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Thoughts on exercise by Silke from Nourish to Thrive

Silke Thistlewood is an awarding winning local businesswoman, with not just one, but three businesses Nourish To Thrive, The Massage Practice and Raise Up Business Club, if you’re local you may know her. 

She has a great attitude to exercise.  I think It’s really inspiring and so I wanted to capture it and share it with you all, as I’m sure her experiences are pretty common.   

The key things that stand out for me are:

  • Just because you’ve had a previous negative experience with exercise doesn’t mean it’s not for you.  Don’t label yourself, everyone can enjoy moving their bodies.

  • There are a huge variety of ways to move your body, there is not a right or a wrong way.  Your relationship with exercise is likely to evolve at different times of your life.  Sometimes you might like high intensity and sometimes more mindful and low impact movement is what you need. 

  • It’s never too late to start.  Think about what you want to be able to do it in 30 years time.  The sooner you start, the more likely you will be able to function and move well into older age.

I’m sure many women can relate with what Silke has to say.   I think it’s really important to share stories like Silke’s and show that our relationship with exercise is a complex one.  If we recognise the ups and downs and normalise these, then I’m sure we would all have a much more sustainable and enjoyable fitness journey.   

Fitness is about much more than fat loss and looking good.

What is your relationship with exercise like and how has it evolved over the years?

When I was younger I labelled myself as someone who wasn’t very athletic or good at exercise.

During a school sports day throwing competition I didn’t do well and from that day I decided I wasn’t good at throwing.  I’d also always struggled with running as it always took me longer, so told myself I couldn’t run either.

But how I talk to myself about exercise has changed completely. I’ve realised that I don't have to be good at all of it, you just have to find what you enjoy and what feels right for you at the moment.  Who cares if I can't throw hugely far it really doesn't matter in the grand scheme of things.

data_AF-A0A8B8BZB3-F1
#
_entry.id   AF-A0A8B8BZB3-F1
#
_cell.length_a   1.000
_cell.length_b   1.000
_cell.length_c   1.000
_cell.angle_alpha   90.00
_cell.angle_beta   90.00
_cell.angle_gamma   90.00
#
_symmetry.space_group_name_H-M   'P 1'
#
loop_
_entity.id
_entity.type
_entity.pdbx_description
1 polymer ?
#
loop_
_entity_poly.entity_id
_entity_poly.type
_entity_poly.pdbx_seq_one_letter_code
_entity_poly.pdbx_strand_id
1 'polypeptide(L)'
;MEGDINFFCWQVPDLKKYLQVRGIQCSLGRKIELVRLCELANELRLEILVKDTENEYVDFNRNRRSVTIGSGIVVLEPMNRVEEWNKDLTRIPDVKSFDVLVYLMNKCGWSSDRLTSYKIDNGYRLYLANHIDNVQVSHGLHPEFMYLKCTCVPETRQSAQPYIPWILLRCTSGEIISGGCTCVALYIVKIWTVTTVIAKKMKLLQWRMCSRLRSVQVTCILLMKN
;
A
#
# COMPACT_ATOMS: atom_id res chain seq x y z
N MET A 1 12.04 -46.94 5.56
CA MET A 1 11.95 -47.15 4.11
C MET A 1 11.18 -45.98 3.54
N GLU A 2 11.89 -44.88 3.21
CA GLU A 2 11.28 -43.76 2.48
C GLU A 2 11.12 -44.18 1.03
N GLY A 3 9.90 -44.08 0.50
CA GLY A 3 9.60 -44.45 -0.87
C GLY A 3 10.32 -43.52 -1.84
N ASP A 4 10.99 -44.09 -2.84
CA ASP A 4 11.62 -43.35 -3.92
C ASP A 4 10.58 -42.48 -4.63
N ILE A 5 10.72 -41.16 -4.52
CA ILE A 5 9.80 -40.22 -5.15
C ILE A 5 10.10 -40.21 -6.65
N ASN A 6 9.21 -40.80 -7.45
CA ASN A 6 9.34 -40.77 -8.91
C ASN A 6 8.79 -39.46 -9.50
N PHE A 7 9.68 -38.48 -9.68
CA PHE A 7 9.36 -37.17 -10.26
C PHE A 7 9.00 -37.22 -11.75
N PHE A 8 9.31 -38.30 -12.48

I didn't really find the benefit of exercise for wellbeing until after University. Once I started working, I went to a gym and found some classes that I enjoyed for a while. I really enjoyed body pump and body attack and became the person whooping with joy at the back class when stuff got really hard!  I grew to love exercise because it gave me that sort of adrenaline rush.

I then started using it as a tool to manage my physical and emotional wellbeing and mental health.

After having my first child, I went back to exercise and tried the gym.  It felt very lacklustre.  I am someone who needs to be externally motivated and so struggled to motivate myself and the classes weren’t very good.  

Then I found CrossFit and I got really, really, into it. I really enjoyed the weightlifting element of it and the competitive edge and it became part of my identity.  I was someone who did CrossFit, was strong and lifted weights. 

After having my second little one all of that changed.  I didn't listen to my body.  My body was screaming at me; you are tired, you are exhausted and you're not sleeping enough to be working out at this intensity.   I then realised I needed rest and something gentle.  I had identified myself as someone that did high intensity exercise. I loved the community and I didn't want to be the person that gave up after they had kids, so I kept going for ages. 

Then I developed an injury that needed an operation and so had to take a lot of time out. 

I have come full circle to a place where I have found exercise that works better for me. Currently, I go swimming once a week and I do much gentler gym classes.

I'm exercising for enjoyment much more than anything else.  I would like to feel a little bit stronger but I'm happy to build it up quite slowly and it is much more about the enjoyment, stress management and mental health aspect of exercise rather than hammering out weights and going all guns blazing.

What are your current motivations and challenge?

My main motivation, for sure, is wanting to stay as fit and healthy as possible for my children. To be able to run around with them, to move without too much pain or restriction and keep up with them.  I want to stay healthy and fit in later life, so that I grow old nicely and I'm able to still do stuff with them. I need to start doing that now otherwise it won't happen in 30 years time.

My challenge is time.  There are so many restrictions on my time, not just on the amount of free time I have but also when I can have that time, due to my husband’s working hours.

Also, there’s a voice in my head that says this isn't hard enough exercise, that it’s not doing enough to make me fit and healthy and lose weight.  But I'm counteracting that by telling myself that this is exactly what I need right now.  It’s giving me more energy, making me feel better and relieving my stress.

I have to battle the voice in my head and I think I'm winning at the moment. I know I’m enjoying training and enjoying movement. I'm very much on board with what Carole has to say and this all aligns with her philosophy.